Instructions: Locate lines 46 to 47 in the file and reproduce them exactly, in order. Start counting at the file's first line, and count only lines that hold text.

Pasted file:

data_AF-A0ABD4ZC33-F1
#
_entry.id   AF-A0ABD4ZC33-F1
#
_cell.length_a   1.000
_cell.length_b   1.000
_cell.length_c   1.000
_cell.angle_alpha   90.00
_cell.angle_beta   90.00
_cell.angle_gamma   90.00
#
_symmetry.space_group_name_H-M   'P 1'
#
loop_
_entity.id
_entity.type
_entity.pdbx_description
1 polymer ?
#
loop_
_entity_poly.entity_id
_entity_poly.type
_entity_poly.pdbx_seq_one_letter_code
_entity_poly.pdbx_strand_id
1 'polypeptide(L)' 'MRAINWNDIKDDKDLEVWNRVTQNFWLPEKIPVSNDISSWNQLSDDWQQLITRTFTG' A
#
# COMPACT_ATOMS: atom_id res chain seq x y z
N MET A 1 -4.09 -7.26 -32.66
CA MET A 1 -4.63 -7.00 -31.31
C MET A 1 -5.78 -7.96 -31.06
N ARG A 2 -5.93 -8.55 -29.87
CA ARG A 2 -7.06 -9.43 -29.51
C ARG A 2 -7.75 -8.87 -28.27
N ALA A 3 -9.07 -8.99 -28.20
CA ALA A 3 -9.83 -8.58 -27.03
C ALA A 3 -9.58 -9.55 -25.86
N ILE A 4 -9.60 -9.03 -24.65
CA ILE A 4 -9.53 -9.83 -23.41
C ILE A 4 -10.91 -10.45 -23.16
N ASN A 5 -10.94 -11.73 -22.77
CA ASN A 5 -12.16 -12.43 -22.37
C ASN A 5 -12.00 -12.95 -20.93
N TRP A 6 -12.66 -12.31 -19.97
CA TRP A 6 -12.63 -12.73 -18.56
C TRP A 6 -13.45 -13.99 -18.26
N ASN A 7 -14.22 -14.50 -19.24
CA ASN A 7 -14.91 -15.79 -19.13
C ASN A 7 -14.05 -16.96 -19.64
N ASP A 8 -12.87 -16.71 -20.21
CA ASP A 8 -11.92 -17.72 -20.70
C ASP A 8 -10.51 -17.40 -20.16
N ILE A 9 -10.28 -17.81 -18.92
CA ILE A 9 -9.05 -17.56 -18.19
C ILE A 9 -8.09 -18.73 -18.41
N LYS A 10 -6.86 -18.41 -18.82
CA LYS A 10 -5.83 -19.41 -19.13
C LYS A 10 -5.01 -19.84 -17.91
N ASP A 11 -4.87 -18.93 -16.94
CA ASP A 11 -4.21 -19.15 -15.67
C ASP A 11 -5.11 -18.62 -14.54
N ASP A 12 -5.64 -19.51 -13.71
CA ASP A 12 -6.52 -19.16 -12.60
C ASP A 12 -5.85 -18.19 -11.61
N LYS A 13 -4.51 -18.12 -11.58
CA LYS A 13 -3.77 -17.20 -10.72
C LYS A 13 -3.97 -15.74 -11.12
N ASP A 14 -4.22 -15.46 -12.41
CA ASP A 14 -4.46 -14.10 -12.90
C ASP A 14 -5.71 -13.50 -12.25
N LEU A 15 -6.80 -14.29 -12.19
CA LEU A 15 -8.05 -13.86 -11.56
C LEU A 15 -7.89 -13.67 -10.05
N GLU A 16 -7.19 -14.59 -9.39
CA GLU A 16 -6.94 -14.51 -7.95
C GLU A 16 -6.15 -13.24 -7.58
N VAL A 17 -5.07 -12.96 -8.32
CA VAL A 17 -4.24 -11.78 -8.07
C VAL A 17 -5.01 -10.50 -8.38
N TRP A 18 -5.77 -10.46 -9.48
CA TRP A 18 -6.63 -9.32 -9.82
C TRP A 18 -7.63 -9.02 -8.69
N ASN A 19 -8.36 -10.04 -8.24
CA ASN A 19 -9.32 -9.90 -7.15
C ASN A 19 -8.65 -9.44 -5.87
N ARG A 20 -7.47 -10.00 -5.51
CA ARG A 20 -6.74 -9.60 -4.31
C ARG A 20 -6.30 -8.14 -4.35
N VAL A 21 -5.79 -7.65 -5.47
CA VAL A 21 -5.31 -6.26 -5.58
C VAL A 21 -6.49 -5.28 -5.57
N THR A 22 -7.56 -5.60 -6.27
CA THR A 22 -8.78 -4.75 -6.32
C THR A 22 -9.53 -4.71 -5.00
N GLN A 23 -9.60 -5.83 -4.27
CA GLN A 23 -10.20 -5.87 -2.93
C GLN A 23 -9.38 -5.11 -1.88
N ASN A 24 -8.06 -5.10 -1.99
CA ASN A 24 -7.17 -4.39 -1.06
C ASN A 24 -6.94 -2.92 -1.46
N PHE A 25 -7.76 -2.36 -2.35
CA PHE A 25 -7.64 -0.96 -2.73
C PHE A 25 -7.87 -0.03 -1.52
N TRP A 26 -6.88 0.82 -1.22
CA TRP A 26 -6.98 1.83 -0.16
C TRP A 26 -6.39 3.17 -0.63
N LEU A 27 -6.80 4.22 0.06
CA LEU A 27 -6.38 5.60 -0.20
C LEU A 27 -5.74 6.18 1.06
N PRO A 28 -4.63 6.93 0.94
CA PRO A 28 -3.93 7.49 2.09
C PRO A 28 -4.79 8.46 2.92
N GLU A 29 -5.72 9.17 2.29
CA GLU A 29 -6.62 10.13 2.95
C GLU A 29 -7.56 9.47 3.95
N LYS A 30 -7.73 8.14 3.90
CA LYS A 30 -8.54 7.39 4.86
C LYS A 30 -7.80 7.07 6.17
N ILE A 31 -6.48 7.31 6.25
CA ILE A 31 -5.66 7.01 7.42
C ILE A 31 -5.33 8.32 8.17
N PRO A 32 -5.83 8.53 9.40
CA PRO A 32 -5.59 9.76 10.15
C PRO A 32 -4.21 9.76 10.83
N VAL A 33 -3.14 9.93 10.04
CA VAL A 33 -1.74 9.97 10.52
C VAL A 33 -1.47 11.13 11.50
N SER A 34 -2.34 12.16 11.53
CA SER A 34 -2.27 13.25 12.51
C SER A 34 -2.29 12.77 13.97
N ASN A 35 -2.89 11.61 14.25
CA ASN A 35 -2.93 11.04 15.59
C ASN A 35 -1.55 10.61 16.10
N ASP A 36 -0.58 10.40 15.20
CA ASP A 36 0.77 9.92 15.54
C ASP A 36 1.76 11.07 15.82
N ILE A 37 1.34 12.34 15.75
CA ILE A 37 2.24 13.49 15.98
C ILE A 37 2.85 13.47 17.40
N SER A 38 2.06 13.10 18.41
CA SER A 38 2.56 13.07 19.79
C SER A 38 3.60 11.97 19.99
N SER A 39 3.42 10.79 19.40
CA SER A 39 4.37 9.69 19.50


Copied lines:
N ASN A 7 -14.22 -14.50 -19.24
CA ASN A 7 -14.91 -15.79 -19.13